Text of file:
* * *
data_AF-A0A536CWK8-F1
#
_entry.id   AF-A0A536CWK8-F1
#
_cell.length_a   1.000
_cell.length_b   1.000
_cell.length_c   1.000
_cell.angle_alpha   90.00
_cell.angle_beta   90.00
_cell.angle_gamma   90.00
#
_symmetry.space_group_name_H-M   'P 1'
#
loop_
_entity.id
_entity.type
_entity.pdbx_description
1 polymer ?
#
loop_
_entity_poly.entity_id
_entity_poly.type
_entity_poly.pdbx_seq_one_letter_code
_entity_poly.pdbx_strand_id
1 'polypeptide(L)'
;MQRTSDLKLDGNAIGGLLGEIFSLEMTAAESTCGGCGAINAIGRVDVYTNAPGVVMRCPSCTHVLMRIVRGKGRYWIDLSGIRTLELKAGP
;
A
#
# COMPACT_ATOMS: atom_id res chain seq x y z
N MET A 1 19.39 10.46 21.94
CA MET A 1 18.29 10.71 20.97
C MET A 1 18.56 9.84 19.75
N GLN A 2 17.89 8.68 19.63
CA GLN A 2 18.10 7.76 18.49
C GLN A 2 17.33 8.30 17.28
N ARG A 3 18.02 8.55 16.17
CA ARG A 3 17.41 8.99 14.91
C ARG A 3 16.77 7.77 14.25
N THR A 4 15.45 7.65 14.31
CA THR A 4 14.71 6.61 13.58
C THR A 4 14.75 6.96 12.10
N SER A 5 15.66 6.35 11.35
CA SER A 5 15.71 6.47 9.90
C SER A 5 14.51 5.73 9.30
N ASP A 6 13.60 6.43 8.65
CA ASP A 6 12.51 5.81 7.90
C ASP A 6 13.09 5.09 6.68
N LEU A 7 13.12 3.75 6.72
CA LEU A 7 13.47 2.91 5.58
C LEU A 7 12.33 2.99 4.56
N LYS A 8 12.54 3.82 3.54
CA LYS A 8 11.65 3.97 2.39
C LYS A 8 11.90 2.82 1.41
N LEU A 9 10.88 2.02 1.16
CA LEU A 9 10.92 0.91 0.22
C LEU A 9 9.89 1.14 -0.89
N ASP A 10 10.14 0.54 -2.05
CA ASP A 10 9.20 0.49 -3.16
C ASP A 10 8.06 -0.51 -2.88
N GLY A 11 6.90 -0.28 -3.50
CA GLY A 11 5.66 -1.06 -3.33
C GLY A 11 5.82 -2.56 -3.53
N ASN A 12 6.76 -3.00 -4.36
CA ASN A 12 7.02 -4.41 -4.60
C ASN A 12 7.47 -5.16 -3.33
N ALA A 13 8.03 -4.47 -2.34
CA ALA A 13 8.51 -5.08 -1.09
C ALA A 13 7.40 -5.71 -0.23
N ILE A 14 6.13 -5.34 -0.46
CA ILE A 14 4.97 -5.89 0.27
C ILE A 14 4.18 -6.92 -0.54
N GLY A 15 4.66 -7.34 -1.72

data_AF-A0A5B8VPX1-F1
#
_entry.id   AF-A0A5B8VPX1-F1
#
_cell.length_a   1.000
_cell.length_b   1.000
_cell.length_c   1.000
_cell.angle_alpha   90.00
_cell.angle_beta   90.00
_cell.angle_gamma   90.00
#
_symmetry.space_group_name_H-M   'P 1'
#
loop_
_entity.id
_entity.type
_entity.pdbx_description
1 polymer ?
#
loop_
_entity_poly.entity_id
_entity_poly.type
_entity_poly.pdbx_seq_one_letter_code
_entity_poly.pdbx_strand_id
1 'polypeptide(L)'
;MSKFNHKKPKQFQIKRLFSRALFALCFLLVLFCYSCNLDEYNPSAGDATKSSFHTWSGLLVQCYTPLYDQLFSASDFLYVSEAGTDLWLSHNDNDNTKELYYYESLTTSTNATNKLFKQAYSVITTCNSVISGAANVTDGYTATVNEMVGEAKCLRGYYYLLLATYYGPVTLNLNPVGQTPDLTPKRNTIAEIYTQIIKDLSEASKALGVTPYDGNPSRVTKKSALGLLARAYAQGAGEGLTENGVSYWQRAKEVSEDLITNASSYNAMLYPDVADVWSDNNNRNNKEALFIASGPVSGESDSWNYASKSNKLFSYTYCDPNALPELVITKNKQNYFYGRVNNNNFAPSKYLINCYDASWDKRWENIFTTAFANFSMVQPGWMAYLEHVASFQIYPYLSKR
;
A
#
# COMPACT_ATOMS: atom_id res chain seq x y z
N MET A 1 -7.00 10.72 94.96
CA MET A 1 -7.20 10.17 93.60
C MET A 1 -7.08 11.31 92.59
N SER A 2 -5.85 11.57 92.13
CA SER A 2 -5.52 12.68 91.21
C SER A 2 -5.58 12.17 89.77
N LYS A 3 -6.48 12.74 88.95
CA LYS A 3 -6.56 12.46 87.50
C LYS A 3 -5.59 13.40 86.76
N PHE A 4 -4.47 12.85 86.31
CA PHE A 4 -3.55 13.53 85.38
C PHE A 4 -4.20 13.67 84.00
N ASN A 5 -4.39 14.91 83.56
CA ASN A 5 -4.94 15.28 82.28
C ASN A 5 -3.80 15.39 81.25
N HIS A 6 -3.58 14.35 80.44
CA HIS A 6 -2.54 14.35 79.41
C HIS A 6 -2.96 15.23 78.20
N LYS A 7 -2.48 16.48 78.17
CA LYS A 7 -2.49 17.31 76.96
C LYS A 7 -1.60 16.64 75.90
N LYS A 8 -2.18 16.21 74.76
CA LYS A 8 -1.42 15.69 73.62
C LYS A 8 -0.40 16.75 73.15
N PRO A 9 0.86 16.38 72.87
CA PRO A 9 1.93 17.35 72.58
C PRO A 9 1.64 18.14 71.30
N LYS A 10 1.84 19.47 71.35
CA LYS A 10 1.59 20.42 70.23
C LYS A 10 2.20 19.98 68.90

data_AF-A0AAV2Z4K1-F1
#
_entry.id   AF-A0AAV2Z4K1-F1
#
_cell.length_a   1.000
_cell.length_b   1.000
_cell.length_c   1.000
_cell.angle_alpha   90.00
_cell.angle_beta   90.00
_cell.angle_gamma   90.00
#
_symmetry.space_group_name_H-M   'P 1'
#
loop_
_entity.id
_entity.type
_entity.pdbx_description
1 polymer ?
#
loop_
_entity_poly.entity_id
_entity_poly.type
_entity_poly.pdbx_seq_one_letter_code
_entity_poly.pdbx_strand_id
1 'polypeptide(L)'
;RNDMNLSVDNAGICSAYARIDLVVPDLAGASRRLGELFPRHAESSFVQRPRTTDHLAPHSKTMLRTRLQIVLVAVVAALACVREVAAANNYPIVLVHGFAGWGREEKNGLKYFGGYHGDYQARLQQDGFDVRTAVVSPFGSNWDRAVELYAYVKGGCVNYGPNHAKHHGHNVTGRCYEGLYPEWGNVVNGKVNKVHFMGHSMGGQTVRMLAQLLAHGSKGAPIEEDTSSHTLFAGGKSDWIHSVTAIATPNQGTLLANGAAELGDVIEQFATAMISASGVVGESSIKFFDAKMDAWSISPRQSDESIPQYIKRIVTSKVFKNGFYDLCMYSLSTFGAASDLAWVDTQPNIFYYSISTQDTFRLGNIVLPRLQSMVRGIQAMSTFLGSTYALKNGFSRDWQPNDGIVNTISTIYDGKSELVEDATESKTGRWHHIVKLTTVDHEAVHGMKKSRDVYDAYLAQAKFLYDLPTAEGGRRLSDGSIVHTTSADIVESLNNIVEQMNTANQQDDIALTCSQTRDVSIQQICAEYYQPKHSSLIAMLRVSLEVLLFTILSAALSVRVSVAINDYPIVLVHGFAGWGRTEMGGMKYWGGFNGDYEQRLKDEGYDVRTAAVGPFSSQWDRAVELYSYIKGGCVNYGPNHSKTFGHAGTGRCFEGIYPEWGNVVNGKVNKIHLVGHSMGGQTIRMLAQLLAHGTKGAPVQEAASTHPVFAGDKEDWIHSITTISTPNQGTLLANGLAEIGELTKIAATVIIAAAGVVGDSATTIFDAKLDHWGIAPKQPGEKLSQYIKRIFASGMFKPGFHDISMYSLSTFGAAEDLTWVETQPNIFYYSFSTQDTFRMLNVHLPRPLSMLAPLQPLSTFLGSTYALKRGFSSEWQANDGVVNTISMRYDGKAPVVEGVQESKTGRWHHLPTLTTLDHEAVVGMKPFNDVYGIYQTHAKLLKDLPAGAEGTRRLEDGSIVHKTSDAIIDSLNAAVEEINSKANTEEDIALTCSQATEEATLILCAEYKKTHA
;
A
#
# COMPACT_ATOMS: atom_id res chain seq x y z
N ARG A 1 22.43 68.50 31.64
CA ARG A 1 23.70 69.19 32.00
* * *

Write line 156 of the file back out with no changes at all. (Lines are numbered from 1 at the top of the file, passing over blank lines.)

_entity_poly.pdbx_seq_one_letter_code